Sunday, March 09, 2008
I normally find some pseudo-witty way to euphemize profanity, but for this piece I felt it was important to reflect the language of the source documents. Thanks for your indulgence.
Admiral William "Fox" Fallon is the first Navy four-star to be put in charge of U.S. Central Command, the Middle East sandbox traditionally assigned to an Army or Marine Corps general. According to a recent Esquire article by Thomas P.M. Barnett, Fallon may also be the only force in global politics keeping Dick Cheney from entangling America in an all out war with Iran.
If that's so, it's another indication of just how broken America's system of government has become under George W. Bush's dysfunctional stewardship.
When Fallon took the CENTCOM helm in March 2007, some observers (including this one) feared he had been given the job for the specific purpose of attacking Iran. Who better, the reasoning went, to preside over the type of air and maritime operation that a conflict with Iran would dictate than a naval aviator, especially one like Fallon who'd already had experience as a four-star theater commander in the Pacific?
Historian and journalist Gareth Porter put that perception to rest in May when he cited Fallon as having said an attack on Iran "will not happen on my watch" and reported that Fallon had identified himself as part of a group of senior officers who were "trying to put the crazies [Cheney's neocon cabal] back in the box."
In September, Porter gave an account of a meeting between Fallon and Mr. Bush's "main man" General David Petraeus in which Fallon called Petraeus "an ass-kissing little chickenshit" to his face. "Fallon had a 'visceral distaste' for what he regarded as Petraeus's sycophantic behavior in general," Porter wrote. Fallon was "strongly opposed to Petraeus's role as pitchman for the surge policy in Iraq" and deemed that Petraeus had put "his own interests ahead of a sound military posture in the Middle East and Southwest Asia."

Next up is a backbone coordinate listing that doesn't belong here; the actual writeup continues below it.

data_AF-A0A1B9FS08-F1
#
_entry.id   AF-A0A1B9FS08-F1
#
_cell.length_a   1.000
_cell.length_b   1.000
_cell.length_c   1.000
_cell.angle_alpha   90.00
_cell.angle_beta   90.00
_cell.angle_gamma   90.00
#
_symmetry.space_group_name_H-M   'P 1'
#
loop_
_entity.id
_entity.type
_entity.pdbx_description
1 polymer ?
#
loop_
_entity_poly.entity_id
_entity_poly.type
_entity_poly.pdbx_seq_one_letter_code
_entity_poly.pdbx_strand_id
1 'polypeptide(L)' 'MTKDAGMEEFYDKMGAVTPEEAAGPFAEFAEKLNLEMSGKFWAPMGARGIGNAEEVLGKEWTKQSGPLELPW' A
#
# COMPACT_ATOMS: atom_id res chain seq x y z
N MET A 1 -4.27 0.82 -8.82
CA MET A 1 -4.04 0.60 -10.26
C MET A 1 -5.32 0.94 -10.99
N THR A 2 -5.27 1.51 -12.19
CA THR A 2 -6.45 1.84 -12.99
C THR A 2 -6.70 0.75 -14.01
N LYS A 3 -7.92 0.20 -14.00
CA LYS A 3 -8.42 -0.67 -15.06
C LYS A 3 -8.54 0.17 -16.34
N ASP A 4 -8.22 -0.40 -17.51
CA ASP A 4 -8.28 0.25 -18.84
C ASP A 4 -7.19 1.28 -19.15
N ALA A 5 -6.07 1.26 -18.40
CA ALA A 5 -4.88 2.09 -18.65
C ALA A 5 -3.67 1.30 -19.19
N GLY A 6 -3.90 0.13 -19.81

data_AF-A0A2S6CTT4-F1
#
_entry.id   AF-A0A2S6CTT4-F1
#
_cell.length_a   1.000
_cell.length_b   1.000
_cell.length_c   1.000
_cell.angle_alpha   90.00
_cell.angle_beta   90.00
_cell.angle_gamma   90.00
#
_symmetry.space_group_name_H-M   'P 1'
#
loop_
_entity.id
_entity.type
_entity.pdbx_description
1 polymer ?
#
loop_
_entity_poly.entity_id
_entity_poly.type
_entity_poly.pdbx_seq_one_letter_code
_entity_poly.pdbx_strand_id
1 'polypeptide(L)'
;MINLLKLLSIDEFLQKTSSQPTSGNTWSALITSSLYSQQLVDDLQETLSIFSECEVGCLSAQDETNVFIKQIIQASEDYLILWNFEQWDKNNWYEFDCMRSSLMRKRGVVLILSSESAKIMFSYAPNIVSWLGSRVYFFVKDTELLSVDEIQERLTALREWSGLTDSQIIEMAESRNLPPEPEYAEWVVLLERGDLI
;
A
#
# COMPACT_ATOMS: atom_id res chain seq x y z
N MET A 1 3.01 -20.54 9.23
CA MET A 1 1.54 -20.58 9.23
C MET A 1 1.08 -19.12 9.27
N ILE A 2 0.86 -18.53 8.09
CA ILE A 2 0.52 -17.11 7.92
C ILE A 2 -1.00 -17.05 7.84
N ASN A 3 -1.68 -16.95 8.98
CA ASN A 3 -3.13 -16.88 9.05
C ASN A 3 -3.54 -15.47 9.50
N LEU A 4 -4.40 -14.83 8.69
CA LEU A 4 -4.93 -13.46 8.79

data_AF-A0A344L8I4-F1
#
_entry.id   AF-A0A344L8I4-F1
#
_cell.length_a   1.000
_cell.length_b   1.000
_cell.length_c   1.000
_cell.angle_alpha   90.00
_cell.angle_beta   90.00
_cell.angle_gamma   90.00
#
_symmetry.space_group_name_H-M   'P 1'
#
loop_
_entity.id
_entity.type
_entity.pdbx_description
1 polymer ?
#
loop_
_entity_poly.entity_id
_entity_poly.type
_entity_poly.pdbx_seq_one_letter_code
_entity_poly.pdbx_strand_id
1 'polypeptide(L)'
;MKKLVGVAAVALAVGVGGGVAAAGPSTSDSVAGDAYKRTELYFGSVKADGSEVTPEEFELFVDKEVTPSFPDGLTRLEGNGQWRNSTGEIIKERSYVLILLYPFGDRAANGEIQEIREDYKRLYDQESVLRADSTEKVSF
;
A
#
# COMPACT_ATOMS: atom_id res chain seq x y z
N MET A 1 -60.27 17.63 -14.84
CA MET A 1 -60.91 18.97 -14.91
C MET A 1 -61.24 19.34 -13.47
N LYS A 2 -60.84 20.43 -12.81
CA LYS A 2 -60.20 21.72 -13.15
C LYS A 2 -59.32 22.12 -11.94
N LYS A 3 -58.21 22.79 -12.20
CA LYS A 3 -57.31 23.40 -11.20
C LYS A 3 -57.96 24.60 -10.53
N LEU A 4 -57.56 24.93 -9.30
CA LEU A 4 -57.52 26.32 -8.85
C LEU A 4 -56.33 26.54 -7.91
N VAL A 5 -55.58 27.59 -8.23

In Barnett's article, Fallon called Porter's account of his meeting with Petraeus "absolute bullshit," and said the tip-off that the story was bogus was the word "chickenshit." "My kids called me up laughing about that one," Fallon told Barnett, "saying they knew the story wasn't true because I never use that word."
"So put Fallon down as a 'bullshit' and not a 'chickenshit' kind of guy," Barnett wrote.
Heh. I'll tell you what's bullshit: the notion that a hard-boiled character like Fallon could spend forty years in the Navy and rise to the four-star level and never use the word "chickenshit." "Chickenshit" is a keystone of traditional naval jargon. It means something distinctly different from "bullshit," and is the precise word that describes Petraeus and the publicity stunts he pulls like when he challenges enlisted men half his age to one-arm push up contests to dazzle senior Pentagon correspondents who ought to know better than to be taken in by that kind of chickenshit. (Like, is there a private in the Army who doesn’t know he needs to let Petraeus win when Tom Ricks is watching?)
In fact, the more I reread Barnett's article, the more it sounds like a crock of bullshit that somebody's trying to pass off as a bowl of chocolate ice cream.
Looks Like, Feels Like, Smells Like, Tastes Like
Porter wrote an analysis of Barnett's story, and Barnett wrote a blog on Porter's analysis, and pretty soon Barnett's Fallon story turned into a story about Barnett. I guess that sort of thing is an inescapable fact of post-modern journalism. Regardless of their primary media, investigators and pundits alike have to compete with Chris Matthews and Bill O'Reilly for bandwidth, and transparent, objective reportage these days is as rare as a Mel Brooks screenplay that doesn't have a juicy part for Mel Brooks. As a result, journalists of all stripes feel pressure to trade their integrity for access to the high and mighty.
Accordingly, it's hard to ignore the conspicuous indications that, wittingly or not, Barnett told the world the story about Fallon that Fallon wanted the world to hear.
Barnett describes Fallon as "that rarest of creatures in the Bush universe: the good cop on Iran, and a man of strategic brilliance." It's "left to Fallon--and apparently Fallon alone" to "push back" against an "ill advised" attack on Iran. Fallon is "the American at the center of every circle" in the Middle East, and it is "a testament to his skill, and to the failure of American diplomacy, that so much is left for this military man to do himself."